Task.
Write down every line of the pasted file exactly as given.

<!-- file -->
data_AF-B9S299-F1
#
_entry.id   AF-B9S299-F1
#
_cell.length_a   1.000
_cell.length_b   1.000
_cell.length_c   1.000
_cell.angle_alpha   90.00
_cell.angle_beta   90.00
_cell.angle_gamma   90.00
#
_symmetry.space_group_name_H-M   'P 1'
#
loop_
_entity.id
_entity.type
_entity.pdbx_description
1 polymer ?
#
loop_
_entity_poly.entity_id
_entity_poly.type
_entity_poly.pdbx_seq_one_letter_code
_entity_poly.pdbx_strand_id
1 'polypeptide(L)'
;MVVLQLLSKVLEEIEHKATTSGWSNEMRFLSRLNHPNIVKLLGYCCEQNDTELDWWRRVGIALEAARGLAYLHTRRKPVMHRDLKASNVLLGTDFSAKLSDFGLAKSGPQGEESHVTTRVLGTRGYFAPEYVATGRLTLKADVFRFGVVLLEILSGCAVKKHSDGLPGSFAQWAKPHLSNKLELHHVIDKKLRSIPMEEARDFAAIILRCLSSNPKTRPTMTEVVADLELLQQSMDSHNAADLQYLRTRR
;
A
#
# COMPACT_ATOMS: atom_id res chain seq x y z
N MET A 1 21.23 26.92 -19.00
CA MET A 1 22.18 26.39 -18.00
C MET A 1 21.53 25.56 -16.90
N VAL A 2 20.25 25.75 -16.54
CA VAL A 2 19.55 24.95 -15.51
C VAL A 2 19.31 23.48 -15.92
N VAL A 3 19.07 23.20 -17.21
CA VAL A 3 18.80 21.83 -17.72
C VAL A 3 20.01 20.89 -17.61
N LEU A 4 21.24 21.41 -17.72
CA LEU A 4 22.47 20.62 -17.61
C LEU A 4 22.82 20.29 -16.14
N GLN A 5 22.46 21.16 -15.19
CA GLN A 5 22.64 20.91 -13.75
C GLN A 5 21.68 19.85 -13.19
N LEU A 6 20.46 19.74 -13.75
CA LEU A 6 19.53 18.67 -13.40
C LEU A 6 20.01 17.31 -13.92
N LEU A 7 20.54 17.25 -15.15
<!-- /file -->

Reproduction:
data_AF-B9S299-F1
#
_entry.id   AF-B9S299-F1
#
_cell.length_a   1.000
_cell.length_b   1.000
_cell.length_c   1.000
_cell.angle_alpha   90.00
_cell.angle_beta   90.00
_cell.angle_gamma   90.00
#
_symmetry.space_group_name_H-M   'P 1'
#
loop_
_entity.id
_entity.type
_entity.pdbx_description
1 polymer ?
#
loop_
_entity_poly.entity_id
_entity_poly.type
_entity_poly.pdbx_seq_one_letter_code
_entity_poly.pdbx_strand_id
1 'polypeptide(L)'
;MVVLQLLSKVLEEIEHKATTSGWSNEMRFLSRLNHPNIVKLLGYCCEQNDTELDWWRRVGIALEAARGLAYLHTRRKPVMHRDLKASNVLLGTDFSAKLSDFGLAKSGPQGEESHVTTRVLGTRGYFAPEYVATGRLTLKADVFRFGVVLLEILSGCAVKKHSDGLPGSFAQWAKPHLSNKLELHHVIDKKLRSIPMEEARDFAAIILRCLSSNPKTRPTMTEVVADLELLQQSMDSHNAADLQYLRTRR
;
A
#
# COMPACT_ATOMS: atom_id res chain seq x y z
N MET A 1 21.23 26.92 -19.00
CA MET A 1 22.18 26.39 -18.00
C MET A 1 21.53 25.56 -16.90
N VAL A 2 20.25 25.75 -16.54
CA VAL A 2 19.55 24.95 -15.51
C VAL A 2 19.31 23.48 -15.92
N VAL A 3 19.07 23.20 -17.21
CA VAL A 3 18.80 21.83 -17.72
C VAL A 3 20.01 20.89 -17.61
N LEU A 4 21.24 21.41 -17.72
CA LEU A 4 22.47 20.62 -17.61
C LEU A 4 22.82 20.29 -16.14
N GLN A 5 22.46 21.16 -15.19
CA GLN A 5 22.64 20.91 -13.75
C GLN A 5 21.68 19.85 -13.19
N LEU A 6 20.46 19.74 -13.75
CA LEU A 6 19.53 18.67 -13.40
C LEU A 6 20.01 17.31 -13.92
N LEU A 7 20.54 17.25 -15.15